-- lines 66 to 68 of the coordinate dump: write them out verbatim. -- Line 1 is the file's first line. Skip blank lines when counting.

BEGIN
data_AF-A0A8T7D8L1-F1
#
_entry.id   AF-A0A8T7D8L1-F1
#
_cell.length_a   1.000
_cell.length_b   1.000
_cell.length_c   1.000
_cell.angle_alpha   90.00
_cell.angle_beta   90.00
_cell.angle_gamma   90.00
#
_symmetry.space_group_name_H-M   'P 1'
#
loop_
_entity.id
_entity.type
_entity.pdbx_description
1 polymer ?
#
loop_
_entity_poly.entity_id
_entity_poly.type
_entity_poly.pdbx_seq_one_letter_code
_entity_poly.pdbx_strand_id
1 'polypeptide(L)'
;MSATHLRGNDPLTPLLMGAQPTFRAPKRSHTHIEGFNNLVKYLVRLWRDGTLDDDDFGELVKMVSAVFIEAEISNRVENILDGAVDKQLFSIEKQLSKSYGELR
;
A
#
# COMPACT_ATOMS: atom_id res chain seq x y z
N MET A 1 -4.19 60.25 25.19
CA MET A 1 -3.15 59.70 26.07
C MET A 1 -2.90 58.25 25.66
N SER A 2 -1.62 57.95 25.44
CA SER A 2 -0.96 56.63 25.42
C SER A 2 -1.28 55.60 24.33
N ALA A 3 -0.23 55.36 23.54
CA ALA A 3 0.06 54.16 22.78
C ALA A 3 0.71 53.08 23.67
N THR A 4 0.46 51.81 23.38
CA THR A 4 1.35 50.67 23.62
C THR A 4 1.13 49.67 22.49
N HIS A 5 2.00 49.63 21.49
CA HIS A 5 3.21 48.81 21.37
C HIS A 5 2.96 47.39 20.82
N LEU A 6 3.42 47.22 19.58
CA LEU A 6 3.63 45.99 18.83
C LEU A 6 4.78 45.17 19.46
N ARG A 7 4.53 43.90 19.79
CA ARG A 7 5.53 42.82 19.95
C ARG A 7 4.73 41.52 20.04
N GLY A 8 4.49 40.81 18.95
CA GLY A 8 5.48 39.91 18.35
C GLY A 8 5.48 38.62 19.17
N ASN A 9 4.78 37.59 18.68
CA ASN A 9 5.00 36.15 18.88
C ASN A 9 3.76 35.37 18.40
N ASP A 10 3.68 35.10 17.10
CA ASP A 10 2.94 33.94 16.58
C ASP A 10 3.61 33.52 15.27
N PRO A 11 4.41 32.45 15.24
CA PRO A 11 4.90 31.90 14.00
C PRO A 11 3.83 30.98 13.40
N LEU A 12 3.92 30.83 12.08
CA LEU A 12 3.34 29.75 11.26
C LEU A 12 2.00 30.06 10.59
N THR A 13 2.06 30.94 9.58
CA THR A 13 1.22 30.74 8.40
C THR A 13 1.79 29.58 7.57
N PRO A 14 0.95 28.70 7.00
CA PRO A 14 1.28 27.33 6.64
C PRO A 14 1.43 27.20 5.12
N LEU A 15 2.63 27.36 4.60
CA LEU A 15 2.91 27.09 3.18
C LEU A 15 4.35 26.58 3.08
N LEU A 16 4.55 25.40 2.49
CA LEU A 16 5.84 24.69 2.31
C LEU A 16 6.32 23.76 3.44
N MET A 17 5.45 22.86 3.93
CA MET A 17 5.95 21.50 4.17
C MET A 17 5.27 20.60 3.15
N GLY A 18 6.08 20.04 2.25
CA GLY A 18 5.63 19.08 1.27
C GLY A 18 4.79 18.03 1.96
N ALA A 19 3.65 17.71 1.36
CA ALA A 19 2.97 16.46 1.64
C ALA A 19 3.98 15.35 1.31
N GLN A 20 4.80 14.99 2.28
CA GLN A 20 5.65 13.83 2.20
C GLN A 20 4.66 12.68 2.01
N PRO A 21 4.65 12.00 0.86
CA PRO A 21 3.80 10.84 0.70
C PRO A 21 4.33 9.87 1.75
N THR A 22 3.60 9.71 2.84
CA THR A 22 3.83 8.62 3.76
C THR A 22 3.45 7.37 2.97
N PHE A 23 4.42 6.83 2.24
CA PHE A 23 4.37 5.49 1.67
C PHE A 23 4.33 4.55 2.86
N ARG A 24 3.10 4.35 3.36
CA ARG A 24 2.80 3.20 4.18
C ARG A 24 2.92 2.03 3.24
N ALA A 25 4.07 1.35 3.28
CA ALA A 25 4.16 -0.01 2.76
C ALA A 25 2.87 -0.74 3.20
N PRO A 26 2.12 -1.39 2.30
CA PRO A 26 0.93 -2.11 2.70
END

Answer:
C LEU A 12 2.00 30.06 10.59
N THR A 13 2.06 30.94 9.58
CA THR A 13 1.22 30.74 8.40